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The Leadership Principle of


Chastisement


“Punishment that hurts chases evil from the heart.” Proverbs 20:30
By John E. Schrock, Businessman
Underline the key concepts found in this principle.

Chastisement...Webster says it is the punishment or discipline given to bring correction to that which is wrong or evil. We could also say that chastisement is the art of eliminating the evil to preserve the good. This should tell us what motivates us in doing the things we do. We all have four basic motivations:

1. We feel responsible and commit ourselves to do them.

2. We fear the consequences of not doing them.

3. We desire and enjoy the feeling of achievement.

4. We have a dream we want to fulfill.

The most common motivation is the second one - for fear of chastisement. It is not the best, but it is the most common motivation. The average employee works for fear of losing the job. Some hate their job, but keep on working in it for years. Many business people have a certain amount of motivation from fear of losing their business. Even marriages hold up for fear of reputation or financial obligation. It is not wrong to have a measure of fear. In fact, no business, family or society can survive without it. Some of these fears make us faithful and responsible. We are to love and serve God, but without the fear of chastisement we may not stay faithful under the pressure of temptation.

Everything alive that has been trained and becomes valuable will understand fear-motivation. Punishing misdeeds chases evil or unfavorable ideas and behavior from us. Horses, dogs, lions, kids, and adults all must understand the principle of reward for good, and chastisement for bad. Without a certain sense of fear, we cannot function properly. The fear of punishment or loss will cause everyone and everything to follow certain internal disciplines that will develop good behavior. These internal disciplines, or trained behaviors, increase their value. This is a principle that has been ignored in America. That is why thousands of children carry guns to school and crime is on the rise. Their fear of the chastisement is less than the benefits they believe they will get from stealing. It is impossible to manage a family, a business, or a society without a set of laws that will put the fear of God in us. Yes, we must teach and love good values and the rewards they bring us, but we must also teach the consequences of not following them. Every action has a reaction. Every behavior has a reward. Every positive has a negative. It’s the rule of life, and none of us can change it.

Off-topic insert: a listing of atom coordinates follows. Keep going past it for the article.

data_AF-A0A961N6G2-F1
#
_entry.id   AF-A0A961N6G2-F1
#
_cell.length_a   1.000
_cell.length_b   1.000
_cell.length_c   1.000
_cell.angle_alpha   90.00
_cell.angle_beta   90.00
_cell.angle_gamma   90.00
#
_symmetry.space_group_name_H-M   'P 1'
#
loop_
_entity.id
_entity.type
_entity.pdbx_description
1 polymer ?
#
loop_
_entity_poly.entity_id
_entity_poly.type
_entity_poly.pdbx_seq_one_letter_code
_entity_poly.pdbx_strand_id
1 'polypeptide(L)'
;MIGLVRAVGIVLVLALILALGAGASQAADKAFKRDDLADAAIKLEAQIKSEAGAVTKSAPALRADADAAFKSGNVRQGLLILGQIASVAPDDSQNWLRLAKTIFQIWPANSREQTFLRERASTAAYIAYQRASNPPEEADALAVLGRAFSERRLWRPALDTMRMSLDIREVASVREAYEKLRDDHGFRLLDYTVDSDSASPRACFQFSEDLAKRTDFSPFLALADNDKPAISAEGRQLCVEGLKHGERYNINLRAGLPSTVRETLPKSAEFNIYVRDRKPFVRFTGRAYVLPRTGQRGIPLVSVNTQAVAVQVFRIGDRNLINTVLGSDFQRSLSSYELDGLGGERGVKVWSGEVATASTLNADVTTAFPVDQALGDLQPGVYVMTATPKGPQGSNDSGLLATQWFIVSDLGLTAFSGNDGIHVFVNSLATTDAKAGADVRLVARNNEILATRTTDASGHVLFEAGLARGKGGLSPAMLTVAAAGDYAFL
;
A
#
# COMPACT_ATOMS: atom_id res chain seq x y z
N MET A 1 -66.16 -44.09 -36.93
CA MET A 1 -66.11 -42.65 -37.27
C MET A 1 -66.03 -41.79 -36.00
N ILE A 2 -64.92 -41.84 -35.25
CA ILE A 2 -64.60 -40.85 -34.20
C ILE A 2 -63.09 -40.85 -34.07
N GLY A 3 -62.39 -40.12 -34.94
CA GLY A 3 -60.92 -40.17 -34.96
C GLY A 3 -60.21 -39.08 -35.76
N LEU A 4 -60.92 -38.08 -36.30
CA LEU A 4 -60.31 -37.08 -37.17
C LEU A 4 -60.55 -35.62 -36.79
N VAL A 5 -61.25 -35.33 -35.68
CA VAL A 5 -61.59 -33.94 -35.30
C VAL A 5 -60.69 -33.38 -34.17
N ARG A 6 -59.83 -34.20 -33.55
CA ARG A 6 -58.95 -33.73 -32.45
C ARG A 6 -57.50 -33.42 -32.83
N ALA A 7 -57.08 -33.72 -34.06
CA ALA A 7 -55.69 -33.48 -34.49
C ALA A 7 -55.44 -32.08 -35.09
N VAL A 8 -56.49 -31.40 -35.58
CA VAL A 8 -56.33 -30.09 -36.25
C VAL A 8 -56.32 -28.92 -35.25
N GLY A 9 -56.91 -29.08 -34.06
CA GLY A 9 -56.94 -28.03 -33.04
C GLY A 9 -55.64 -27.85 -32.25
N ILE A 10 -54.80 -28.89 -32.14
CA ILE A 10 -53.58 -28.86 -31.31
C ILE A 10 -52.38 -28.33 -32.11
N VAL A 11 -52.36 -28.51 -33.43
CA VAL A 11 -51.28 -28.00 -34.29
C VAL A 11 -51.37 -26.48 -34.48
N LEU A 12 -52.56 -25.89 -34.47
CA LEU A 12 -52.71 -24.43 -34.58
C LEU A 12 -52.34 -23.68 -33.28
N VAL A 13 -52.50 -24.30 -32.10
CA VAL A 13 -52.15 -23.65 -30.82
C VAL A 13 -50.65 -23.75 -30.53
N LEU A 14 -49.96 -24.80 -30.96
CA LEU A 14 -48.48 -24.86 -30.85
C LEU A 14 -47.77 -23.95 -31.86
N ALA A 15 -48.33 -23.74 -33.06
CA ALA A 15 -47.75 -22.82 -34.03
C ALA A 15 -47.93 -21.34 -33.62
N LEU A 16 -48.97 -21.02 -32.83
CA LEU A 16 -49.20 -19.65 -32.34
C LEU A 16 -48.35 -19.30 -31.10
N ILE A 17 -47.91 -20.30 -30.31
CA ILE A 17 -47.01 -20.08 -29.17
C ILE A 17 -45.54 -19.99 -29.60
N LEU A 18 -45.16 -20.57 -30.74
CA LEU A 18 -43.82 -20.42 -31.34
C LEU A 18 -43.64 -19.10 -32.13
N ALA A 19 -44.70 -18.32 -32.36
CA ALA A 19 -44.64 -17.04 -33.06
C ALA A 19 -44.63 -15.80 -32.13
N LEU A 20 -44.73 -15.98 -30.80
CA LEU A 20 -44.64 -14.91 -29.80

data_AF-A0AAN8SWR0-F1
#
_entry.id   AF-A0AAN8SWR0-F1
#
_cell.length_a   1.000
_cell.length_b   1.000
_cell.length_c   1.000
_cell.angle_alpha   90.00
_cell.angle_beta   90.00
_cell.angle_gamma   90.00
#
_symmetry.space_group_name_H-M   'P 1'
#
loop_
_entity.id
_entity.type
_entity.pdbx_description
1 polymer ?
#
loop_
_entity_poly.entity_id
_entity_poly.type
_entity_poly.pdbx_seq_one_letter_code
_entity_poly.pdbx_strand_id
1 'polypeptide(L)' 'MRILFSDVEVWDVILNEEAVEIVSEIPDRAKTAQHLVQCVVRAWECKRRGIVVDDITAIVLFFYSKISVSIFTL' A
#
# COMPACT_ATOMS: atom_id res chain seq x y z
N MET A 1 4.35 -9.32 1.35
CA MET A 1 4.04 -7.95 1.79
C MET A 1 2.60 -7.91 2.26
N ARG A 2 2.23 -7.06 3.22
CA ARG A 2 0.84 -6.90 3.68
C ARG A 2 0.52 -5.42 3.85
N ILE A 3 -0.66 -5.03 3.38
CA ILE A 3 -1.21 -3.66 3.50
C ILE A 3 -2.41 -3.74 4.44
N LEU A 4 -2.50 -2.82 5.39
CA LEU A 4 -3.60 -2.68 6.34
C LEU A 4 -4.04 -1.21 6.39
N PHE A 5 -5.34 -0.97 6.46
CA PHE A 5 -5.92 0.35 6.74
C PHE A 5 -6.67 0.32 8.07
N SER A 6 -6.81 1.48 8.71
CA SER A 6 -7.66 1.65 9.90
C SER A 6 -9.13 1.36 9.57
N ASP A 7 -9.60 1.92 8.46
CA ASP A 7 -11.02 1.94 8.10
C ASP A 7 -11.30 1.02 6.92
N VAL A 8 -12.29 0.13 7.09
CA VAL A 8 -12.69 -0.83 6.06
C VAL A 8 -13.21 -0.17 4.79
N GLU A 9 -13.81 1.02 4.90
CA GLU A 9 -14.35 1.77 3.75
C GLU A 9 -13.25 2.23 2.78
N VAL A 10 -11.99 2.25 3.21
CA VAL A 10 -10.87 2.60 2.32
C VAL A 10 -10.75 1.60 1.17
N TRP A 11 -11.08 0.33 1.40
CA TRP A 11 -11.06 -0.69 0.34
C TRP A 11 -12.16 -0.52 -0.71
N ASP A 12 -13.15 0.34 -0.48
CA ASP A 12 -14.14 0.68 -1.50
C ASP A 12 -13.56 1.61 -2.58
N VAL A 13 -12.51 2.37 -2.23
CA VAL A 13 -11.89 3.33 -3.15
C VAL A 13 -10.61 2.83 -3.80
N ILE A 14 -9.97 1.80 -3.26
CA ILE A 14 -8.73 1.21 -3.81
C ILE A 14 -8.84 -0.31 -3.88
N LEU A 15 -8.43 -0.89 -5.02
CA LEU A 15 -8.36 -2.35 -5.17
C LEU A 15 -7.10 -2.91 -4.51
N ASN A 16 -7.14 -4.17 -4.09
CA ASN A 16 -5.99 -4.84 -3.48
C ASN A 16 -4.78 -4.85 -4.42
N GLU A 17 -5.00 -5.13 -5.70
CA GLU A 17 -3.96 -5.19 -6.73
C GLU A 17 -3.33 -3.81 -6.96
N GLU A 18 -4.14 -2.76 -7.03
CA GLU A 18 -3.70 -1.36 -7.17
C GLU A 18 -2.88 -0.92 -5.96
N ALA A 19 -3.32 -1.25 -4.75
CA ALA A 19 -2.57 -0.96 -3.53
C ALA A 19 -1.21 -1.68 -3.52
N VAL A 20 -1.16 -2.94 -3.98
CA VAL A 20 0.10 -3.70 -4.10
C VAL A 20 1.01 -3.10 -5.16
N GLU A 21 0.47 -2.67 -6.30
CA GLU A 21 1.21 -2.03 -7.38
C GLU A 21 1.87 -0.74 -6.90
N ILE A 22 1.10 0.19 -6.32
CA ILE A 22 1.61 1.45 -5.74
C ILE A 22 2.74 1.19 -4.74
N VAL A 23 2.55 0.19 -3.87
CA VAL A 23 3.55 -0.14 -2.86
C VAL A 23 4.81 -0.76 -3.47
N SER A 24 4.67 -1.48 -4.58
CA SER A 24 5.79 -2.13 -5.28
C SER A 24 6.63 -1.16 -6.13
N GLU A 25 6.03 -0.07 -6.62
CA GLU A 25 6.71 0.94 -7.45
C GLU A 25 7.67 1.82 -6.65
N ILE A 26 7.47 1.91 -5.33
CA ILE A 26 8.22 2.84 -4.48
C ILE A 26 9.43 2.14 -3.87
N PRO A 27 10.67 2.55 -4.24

This fear of chastisement is not the best or most important motivation, but it is an immovable, hard fact of life. The sooner we enforce these disciplines, the better off we will be. The fear of "punishment that hurts" (not just paying a fine) must be rooted in the back of every mind. The rules must be fair and just, but when they are broken it must hurt mentally, physically and financially. There is a wage or a price that goes with sin.

God has set the rules - "punishment that hurts chases evil from the heart." If we are managing and motivating people, we must first establish some absolute rules that bring tough consequences when broken. This will create fear of crossing over the line, but it will also let people know what we want or expect of them. This allows them to work freely within the framework of the established parameters. Well-communicated, strict laws which are enforced quickly will eliminate the fear of the unknown, which will give us freedom.

This principle is part of the one year character development program: Foundations For Achievement.
Thoughts to Ponder:
If you want to dance, you can't be concerned about stepping on toes.
Evaluate yourself
from 1 to 10
1 2 3 4 5 6 7 8 9 10
Why did you give yourself this
rating?
What benefits will you obtain by
raising your rating?
What specific action can you put
into practice to test the benefits of
this principle?